Pages: [1]   Go Down

Author Topic: T/S Lens for D300  (Read 4933 times)

Philip Weber

  • Full Member
  • ***
  • Offline Offline
  • Posts: 185
T/S Lens for D300
« on: May 11, 2008, 04:40:30 pm »

I just purchased a D300 and would like to buy a top quality T/S lens, specifically for landscapes.

Nikon has a new one coming out but they say it's only fully functional on a D3 and I'm not sure it's long enough anyway.

Additionally, this would be my first T/S lens, so I'm still at the low end of the learning curve. Any suggestions would be greatly appreciated.

Thank you,
Phil
Logged

duraace

  • Full Member
  • ***
  • Offline Offline
  • Posts: 218
T/S Lens for D300
« Reply #1 on: May 11, 2008, 09:21:06 pm »

Quote
I just purchased a D300 and would like to buy a top quality T/S lens, specifically for landscapes.

Nikon has a new one coming out but they say it's only fully functional on a D3 and I'm not sure it's long enough anyway.

Additionally, this would be my first T/S lens, so I'm still at the low end of the learning curve. Any suggestions would be greatly appreciated.

Thank you,
Phil
[a href=\"index.php?act=findpost&pid=195086\"][{POST_SNAPBACK}][/a]

If by T/S you're implying Tilt/Shift, I use my D300 and Photoshop to get the T/S effect.  Cheaper than buying a lens.
Logged

Philip Weber

  • Full Member
  • ***
  • Offline Offline
  • Posts: 185
T/S Lens for D300
« Reply #2 on: May 11, 2008, 10:04:54 pm »

Yes, tilt/shift (or PC - Perspective Control in Nikon's terminology).

I didn't know Photoshop could do that with the same quality/precision of a high-end T/S lens (doesn't Photoshop crop the image to get the effect?).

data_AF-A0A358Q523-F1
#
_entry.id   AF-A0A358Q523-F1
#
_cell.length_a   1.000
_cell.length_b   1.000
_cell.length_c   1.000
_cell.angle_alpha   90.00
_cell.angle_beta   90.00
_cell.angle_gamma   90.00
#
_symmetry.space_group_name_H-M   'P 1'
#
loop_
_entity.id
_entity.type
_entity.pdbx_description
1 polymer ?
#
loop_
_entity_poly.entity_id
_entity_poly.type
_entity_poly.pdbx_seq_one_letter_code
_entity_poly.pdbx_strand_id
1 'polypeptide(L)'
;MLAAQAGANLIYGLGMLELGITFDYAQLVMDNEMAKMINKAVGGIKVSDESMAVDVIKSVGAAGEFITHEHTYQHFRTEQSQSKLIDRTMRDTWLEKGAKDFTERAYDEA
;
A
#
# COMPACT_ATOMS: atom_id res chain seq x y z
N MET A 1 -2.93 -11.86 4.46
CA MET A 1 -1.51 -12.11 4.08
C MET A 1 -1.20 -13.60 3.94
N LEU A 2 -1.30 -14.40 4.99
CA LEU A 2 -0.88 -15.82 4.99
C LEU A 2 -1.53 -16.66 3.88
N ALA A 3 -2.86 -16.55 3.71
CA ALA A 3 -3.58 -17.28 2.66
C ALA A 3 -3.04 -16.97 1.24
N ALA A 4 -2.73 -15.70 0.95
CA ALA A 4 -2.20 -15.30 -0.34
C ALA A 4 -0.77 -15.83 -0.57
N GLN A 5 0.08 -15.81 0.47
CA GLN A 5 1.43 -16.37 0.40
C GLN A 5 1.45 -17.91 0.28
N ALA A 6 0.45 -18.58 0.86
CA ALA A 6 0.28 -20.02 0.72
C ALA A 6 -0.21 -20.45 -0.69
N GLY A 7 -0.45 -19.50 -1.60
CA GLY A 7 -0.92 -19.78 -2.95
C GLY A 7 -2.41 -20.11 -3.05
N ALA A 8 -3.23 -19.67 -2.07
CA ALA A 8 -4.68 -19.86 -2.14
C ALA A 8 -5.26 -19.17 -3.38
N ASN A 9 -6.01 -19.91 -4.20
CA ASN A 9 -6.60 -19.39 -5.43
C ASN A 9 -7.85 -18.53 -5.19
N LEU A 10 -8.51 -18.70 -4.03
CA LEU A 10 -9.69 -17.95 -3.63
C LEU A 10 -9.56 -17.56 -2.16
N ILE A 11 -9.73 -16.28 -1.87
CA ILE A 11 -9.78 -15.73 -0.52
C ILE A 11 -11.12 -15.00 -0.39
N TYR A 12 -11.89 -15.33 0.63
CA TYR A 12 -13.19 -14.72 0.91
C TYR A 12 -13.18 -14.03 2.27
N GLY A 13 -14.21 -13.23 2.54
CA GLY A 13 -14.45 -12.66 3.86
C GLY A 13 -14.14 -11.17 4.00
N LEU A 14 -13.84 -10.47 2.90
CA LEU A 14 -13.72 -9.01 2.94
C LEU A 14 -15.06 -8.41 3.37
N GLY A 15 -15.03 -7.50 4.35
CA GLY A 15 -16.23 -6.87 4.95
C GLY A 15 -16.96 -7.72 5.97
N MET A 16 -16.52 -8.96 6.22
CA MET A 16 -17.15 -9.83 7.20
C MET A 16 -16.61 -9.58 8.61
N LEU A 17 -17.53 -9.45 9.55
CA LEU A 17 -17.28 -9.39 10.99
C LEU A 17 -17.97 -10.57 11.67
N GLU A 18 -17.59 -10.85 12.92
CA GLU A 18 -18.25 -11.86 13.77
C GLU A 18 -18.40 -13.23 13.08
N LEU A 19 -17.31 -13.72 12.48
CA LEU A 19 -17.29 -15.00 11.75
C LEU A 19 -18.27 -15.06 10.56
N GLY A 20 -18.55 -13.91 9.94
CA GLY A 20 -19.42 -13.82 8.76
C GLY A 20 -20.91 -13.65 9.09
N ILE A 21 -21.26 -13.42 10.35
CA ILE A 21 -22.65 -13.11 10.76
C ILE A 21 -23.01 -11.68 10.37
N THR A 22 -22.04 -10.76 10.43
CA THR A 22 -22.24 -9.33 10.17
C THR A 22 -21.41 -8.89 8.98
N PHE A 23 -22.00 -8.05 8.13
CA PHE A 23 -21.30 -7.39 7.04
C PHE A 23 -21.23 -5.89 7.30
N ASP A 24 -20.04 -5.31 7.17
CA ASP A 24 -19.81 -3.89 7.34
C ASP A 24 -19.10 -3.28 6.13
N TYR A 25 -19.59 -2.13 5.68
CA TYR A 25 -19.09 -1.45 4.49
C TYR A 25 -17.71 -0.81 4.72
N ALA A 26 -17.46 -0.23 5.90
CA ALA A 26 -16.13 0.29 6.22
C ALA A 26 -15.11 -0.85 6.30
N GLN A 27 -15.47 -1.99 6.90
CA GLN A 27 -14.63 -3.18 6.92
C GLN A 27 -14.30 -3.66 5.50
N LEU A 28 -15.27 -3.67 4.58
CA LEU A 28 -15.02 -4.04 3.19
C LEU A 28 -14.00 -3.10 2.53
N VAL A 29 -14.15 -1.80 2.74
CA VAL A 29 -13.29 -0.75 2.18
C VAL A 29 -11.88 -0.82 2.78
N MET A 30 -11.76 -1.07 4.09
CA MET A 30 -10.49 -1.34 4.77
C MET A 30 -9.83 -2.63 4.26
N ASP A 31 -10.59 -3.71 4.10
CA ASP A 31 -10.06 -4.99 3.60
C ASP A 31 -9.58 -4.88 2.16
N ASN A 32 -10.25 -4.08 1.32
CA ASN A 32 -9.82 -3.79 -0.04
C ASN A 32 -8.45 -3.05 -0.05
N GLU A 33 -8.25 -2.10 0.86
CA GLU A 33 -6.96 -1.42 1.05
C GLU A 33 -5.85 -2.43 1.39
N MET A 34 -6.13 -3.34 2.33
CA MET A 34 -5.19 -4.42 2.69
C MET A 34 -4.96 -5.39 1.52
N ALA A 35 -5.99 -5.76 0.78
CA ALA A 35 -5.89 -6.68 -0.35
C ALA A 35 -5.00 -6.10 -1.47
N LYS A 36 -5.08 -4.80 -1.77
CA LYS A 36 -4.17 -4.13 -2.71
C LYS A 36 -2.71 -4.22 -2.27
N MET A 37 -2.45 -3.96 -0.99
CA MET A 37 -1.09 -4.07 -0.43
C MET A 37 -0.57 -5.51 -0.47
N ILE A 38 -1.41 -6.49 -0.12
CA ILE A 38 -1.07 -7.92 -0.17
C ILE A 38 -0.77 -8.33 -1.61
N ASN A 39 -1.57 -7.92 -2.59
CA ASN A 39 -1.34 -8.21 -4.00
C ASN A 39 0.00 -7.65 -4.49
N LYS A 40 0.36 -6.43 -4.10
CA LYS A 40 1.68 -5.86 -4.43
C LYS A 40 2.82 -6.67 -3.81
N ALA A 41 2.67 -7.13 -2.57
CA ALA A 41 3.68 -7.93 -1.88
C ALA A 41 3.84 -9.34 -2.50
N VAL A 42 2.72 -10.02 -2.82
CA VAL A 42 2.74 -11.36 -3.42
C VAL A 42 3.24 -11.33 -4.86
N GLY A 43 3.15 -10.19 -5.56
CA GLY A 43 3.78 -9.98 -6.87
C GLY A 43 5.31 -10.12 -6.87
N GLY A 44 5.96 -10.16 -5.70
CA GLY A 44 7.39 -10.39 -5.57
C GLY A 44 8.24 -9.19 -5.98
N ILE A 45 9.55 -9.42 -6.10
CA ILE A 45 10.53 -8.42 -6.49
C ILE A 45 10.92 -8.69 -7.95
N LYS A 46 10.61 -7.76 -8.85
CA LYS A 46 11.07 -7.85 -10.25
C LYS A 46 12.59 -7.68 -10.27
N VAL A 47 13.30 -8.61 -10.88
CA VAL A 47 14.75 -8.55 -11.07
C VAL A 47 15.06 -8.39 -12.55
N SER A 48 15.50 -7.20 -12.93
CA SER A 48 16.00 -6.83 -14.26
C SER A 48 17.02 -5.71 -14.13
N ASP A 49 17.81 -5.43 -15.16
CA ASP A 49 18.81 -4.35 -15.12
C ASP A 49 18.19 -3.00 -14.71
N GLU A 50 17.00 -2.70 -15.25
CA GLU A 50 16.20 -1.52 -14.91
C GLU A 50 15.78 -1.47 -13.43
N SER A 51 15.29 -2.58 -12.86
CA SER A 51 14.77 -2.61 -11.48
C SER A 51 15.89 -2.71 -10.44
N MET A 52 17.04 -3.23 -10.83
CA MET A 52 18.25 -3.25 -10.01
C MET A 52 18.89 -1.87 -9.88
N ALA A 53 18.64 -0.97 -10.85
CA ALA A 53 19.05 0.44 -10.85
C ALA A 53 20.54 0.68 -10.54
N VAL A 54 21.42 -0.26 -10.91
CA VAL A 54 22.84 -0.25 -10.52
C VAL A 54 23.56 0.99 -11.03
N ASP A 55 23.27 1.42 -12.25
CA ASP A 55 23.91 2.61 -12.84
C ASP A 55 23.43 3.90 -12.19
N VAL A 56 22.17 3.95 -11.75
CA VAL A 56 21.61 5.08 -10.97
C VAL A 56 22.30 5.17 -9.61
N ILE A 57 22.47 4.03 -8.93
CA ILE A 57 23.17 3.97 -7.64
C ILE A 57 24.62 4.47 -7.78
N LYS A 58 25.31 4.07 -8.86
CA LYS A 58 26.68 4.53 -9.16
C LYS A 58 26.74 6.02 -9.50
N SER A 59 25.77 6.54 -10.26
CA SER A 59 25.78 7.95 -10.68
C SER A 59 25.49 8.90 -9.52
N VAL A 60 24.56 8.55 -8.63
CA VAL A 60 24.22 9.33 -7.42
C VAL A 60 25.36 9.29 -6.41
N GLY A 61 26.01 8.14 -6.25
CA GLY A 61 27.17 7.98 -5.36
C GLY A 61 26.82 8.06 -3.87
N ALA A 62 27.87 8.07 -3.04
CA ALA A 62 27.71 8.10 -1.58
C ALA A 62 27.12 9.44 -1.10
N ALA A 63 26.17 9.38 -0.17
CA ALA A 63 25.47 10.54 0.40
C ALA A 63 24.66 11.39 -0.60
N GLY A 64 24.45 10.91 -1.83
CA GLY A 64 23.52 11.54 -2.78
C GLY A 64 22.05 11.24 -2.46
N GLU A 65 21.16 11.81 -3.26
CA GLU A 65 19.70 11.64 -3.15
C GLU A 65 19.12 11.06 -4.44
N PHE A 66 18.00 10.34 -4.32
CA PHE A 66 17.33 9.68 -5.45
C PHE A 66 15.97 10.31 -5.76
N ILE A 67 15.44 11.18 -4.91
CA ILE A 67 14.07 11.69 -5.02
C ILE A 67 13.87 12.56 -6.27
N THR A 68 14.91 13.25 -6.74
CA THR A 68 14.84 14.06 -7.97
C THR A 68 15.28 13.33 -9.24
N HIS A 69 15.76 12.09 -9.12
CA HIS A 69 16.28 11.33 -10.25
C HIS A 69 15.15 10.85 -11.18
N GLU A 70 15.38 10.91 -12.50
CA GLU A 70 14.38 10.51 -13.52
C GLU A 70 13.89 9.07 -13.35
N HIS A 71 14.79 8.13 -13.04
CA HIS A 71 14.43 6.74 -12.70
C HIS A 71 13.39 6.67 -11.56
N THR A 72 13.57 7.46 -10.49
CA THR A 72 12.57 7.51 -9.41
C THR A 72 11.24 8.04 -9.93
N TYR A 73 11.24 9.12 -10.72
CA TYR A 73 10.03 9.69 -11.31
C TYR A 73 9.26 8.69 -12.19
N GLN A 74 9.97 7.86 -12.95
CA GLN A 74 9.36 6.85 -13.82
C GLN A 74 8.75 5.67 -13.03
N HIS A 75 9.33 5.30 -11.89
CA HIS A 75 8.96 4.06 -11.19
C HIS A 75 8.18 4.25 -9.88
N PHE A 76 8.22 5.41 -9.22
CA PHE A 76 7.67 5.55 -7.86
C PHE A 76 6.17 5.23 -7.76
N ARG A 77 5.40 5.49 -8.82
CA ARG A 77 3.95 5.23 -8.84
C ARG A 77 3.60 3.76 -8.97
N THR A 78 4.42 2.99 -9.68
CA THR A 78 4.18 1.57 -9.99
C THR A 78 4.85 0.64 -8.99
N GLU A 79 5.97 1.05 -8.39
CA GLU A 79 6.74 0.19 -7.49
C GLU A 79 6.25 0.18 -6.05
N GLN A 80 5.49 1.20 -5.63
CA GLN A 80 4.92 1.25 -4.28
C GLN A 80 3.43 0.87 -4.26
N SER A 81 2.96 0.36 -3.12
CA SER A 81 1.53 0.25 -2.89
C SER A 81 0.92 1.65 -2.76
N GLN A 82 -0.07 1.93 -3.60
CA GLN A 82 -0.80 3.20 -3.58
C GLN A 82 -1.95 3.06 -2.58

Thanks for the tip. I guess I am wondering why anyone would drop 1-2k on that type of lens if it was that easy!

PW
« Last Edit: May 11, 2008, 11:12:58 pm by Philip Weber »
Logged

Kirk Gittings

  • Sr. Member
  • ****
  • Offline Offline
  • Posts: 1561
    • http://www.KirkGittings.com
T/S Lens for D300
« Reply #3 on: May 11, 2008, 10:17:57 pm »

Quote
Yes, tilt/shift (or PC - Perspective Control in Nikon's terminology).

I din't know Photoshop could do that with the same quality/precision of a high-end T/S lens (doesn't Photoshop crop the image to get the effect?).

Thanks for the tip. I guess I am wondering why anyone would drop 1-2k on that type of lens if it was that easy!

PW
[a href=\"index.php?act=findpost&pid=195138\"][{POST_SNAPBACK}][/a]


There is a fair amount of interpolation if you do PC in Photoshop. It may be acceptable to you. My rule of thumb for my students using DSLRs is if you have to stretch the top of the frame more that 1/3 the width of the frame, interpolation artifacts can be a problem. For architecture, for example, that 1/3 rule is oftentimes not enough correction. Hence why I use the 24,45,90 Canons and a 35 Olympus.
Logged
Thanks,
Kirk Gittings

stever

  • Sr. Member
  • ****
  • Offline Offline
  • Posts: 1245
T/S Lens for D300
« Reply #4 on: May 11, 2008, 10:58:40 pm »

what does Nikon mean by "not fully functional"?

i have a canon 90TS that i use on both full and crop-frame bodies

in some respects, it works better on the crop frame body as there is less vignetting at the limits of tilt and shift - i use this lens primarily for macro, so the crop factor isn't an issue

for landscapes, do you really want to invest this kind of money in a 36mm (equiv) lens?  Where appropriate you can get a very useful increase in depth of field (you won't get this out of photoshop) and a convenient panorama function (more useful for increasing resolution by about 3x than a wide panorama).  

the TS for panorama of course requires no movement of the subject -  as does a pan head with RRS L-plate (which although overpriced is almost an order of magnitude cheaper)